The miracle of Rice People is that throughout all of this strife the people's worship of the Earth is never threatened. Om raves and makes wild accusations but when freed finds comfort in caressing the rice plants that she loves as much as she loved her daughters. A healthy crop means survival and Sakha lavishes loving care on each little rice sprout. The film overflows with beautiful little scenes that express the peasant lifestyle in unsentimental terms. Om teaches the youngest girl to pray for her grandmother and to hug mommy. Poeuv hugs his daughter and carves her a wooden toy while waiting for his ankle to heal. Sakha allows her beautiful hair to be shaved away so that she can serve the function of an eldest son at her father's funeral. In the film's most lyrical scene Sakha enjoys a quiet boat ride gathering water lilies with her boyfriend.

Director Rithy Panh and a mostly French crew make Rice People an absorbing, illuminating experience. The months of backbreaking labor result in a half-dozen bags of grain that seem a priceless treasure. The family ekes out a living with only a handful of modern items -- a kerosene lamp, a straight razor, various pots and pans. Everything else in their life is homemade. The basic insecurity of their dependence on the weather is so obvious that only a madwoman would put it into words. When the crops are in Om is released into the paddies, and dances for joy. These people are literally one with nature.

Facets Video's DVD of Rice People is a better presentation than many of their efforts because of the quality of the transfer supplied by the company Blaq Out. Unlike other Facets product, this title has full menus, removable subtitles and a beautiful enhanced widescreen transfer. Still, Facets' encoding is slightly inadequate; in scenes with action, small details tend to blur into digital mush. Overall the image is attractive and satisfying.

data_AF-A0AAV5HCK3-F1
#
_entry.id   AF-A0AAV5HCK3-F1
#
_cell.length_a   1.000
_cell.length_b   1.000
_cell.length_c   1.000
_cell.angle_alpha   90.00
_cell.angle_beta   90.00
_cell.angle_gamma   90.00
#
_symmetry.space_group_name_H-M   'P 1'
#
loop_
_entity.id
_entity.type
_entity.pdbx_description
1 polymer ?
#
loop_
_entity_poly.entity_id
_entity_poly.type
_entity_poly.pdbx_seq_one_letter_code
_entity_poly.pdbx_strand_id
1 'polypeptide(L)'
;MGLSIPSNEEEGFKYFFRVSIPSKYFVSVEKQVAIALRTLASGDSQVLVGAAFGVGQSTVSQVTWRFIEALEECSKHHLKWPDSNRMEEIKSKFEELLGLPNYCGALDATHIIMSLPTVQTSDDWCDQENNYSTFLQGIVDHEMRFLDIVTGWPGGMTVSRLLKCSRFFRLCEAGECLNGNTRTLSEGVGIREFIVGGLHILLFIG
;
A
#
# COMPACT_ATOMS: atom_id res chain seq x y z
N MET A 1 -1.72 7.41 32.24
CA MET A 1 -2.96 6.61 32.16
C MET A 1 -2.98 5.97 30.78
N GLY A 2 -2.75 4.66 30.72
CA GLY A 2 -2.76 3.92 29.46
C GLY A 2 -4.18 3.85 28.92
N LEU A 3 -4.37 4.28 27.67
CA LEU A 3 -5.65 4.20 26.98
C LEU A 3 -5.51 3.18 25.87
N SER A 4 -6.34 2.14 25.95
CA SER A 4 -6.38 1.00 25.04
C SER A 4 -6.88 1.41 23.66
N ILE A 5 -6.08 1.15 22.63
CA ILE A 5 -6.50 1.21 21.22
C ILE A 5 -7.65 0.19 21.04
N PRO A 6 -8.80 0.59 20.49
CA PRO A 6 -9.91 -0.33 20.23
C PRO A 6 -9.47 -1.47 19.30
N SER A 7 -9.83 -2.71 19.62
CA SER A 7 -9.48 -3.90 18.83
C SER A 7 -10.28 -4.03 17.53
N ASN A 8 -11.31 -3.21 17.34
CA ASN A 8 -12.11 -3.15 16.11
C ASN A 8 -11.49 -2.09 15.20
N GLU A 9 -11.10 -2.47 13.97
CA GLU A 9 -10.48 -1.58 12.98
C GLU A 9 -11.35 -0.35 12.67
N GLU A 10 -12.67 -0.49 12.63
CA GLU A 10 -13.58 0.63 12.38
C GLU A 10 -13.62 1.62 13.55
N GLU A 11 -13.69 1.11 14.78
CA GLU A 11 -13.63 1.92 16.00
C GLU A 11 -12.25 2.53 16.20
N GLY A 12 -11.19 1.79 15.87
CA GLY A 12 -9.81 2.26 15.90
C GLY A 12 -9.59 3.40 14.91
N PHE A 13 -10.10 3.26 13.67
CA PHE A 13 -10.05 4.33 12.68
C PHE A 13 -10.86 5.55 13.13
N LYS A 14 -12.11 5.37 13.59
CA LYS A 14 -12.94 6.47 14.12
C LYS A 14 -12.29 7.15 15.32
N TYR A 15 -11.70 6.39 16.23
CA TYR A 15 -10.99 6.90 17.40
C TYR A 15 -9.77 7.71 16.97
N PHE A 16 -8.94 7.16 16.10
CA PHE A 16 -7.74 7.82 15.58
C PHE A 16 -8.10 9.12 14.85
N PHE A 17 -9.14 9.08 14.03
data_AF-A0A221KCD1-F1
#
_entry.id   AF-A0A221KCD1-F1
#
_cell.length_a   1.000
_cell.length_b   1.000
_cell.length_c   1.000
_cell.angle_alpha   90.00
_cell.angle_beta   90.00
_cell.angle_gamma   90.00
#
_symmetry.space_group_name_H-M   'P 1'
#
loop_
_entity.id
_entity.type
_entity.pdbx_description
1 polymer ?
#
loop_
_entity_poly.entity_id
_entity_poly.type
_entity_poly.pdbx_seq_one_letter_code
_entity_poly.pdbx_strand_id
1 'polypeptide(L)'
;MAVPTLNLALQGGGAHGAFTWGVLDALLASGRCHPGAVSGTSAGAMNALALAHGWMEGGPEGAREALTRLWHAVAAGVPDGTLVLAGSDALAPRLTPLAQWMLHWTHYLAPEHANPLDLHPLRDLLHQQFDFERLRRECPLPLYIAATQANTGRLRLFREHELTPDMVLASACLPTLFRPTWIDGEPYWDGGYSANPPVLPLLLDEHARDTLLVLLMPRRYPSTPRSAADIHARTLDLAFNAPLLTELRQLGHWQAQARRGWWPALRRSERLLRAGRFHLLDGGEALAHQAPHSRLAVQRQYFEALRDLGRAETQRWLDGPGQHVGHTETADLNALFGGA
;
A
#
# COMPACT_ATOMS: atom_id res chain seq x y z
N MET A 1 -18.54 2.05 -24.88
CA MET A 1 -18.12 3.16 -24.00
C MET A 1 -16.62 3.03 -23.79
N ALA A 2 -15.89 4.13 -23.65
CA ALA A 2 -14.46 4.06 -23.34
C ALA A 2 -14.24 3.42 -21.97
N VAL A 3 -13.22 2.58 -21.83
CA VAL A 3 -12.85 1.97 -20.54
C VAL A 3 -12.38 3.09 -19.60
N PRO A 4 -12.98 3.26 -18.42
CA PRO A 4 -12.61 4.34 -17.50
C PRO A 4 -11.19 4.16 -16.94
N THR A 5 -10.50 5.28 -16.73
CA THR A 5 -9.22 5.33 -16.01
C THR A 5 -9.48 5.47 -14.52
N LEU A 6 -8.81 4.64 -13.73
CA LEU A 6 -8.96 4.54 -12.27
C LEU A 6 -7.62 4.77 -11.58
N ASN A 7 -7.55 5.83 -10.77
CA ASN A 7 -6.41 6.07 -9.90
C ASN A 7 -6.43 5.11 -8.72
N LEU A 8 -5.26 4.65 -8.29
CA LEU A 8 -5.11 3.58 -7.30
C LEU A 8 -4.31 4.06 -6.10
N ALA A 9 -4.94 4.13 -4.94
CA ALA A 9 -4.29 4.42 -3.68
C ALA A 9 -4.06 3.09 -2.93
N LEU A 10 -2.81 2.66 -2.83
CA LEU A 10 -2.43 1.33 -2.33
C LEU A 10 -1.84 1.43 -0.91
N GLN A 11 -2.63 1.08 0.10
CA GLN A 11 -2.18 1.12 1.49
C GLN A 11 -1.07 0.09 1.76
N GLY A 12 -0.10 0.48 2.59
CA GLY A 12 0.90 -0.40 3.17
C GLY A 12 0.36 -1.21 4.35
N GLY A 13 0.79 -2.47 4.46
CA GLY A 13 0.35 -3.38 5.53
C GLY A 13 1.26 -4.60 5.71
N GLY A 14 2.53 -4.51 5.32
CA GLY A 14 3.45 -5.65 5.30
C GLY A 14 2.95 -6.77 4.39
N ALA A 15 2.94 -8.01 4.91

The clear audio gives us a chance to hear the Khmer-language dialogue in detail. It's difficult to understand how they named Poeuve in the subtitles, as his spoken name sounds so different.

Rithy Panh appears for a lengthy commentary in which he explains his upbringing as a city child who frequently visited the country. He lost most of his family in the Khmer Rouge years, the national holocaust that figures heavily in much of his other work. Panh's interpretation of Yim Om was based on a real person. He had his actors, some of them city people, live in the actual conditions of the story. Actress Chhim Naline is a dancer and resisted when told that she would have her head shaved as part of the film. Panh tells us that he now has a functional crew of Thai technicians, but this film benefits from the delicate editing patterns of Andrée Davanture and Marie-Christine Rougerie. Likewise, the sensitive music by Jean-Claude Brisson and Marc Marder has a definite European sensibility.

On a scale of Excellent, Good, Fair, and Poor, Rice People rates:
Movie: Excellent
Video: Good
Sound: Excellent
Supplements: Video interview with director Rithy Panh.
Packaging: Keep case
Reviewed: June 4, 2006

Republished by permission of Turner Classic Movies.

DVD Savant Text © Copyright 2007 Glenn Erickson